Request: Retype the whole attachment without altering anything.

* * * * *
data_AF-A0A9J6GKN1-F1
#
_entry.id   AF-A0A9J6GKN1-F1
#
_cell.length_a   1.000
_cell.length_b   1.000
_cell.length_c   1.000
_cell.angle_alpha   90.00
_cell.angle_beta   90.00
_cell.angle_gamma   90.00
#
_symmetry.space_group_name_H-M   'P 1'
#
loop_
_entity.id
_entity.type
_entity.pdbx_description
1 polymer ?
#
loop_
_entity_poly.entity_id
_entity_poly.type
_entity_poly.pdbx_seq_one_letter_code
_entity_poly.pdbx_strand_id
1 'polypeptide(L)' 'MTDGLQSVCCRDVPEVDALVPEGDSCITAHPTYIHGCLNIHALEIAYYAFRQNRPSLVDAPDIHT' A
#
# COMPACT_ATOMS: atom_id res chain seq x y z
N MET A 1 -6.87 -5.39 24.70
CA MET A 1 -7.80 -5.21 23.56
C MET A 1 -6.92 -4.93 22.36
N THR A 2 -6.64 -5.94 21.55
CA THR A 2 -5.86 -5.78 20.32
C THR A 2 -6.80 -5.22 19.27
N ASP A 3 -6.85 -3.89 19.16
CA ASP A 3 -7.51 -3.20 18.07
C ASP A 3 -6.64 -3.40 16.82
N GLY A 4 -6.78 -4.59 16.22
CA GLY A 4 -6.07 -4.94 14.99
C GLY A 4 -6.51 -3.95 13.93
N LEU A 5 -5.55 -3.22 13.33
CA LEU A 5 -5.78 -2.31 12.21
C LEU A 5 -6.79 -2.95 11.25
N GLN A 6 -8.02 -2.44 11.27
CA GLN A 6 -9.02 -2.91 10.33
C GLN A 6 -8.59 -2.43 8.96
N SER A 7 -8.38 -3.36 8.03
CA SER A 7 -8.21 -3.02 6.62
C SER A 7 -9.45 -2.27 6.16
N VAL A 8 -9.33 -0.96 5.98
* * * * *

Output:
data_AF-A0A9J6GKN1-F1
#
_entry.id   AF-A0A9J6GKN1-F1
#
_cell.length_a   1.000
_cell.length_b   1.000
_cell.length_c   1.000
_cell.angle_alpha   90.00
_cell.angle_beta   90.00
_cell.angle_gamma   90.00
#
_symmetry.space_group_name_H-M   'P 1'
#
loop_
_entity.id
_entity.type
_entity.pdbx_description
1 polymer ?
#
loop_
_entity_poly.entity_id
_entity_poly.type
_entity_poly.pdbx_seq_one_letter_code
_entity_poly.pdbx_strand_id
1 'polypeptide(L)' 'MTDGLQSVCCRDVPEVDALVPEGDSCITAHPTYIHGCLNIHALEIAYYAFRQNRPSLVDAPDIHT' A
#
# COMPACT_ATOMS: atom_id res chain seq x y z
N MET A 1 -6.87 -5.39 24.70
CA MET A 1 -7.80 -5.21 23.56
C MET A 1 -6.92 -4.93 22.36
N THR A 2 -6.64 -5.94 21.55
CA THR A 2 -5.86 -5.78 20.32
C THR A 2 -6.80 -5.22 19.27
N ASP A 3 -6.85 -3.89 19.16
CA ASP A 3 -7.51 -3.20 18.07
C ASP A 3 -6.64 -3.40 16.82
N GLY A 4 -6.78 -4.59 16.22
CA GLY A 4 -6.07 -4.94 14.99
C GLY A 4 -6.51 -3.95 13.93
N LEU A 5 -5.55 -3.22 13.33
CA LEU A 5 -5.78 -2.31 12.21
C LEU A 5 -6.79 -2.95 11.25
N GLN A 6 -8.02 -2.44 11.27
CA GLN A 6 -9.02 -2.91 10.33
C GLN A 6 -8.59 -2.43 8.96
N SER A 7 -8.38 -3.36 8.03
CA SER A 7 -8.21 -3.02 6.62
C SER A 7 -9.45 -2.27 6.16
N VAL A 8 -9.33 -0.96 5.98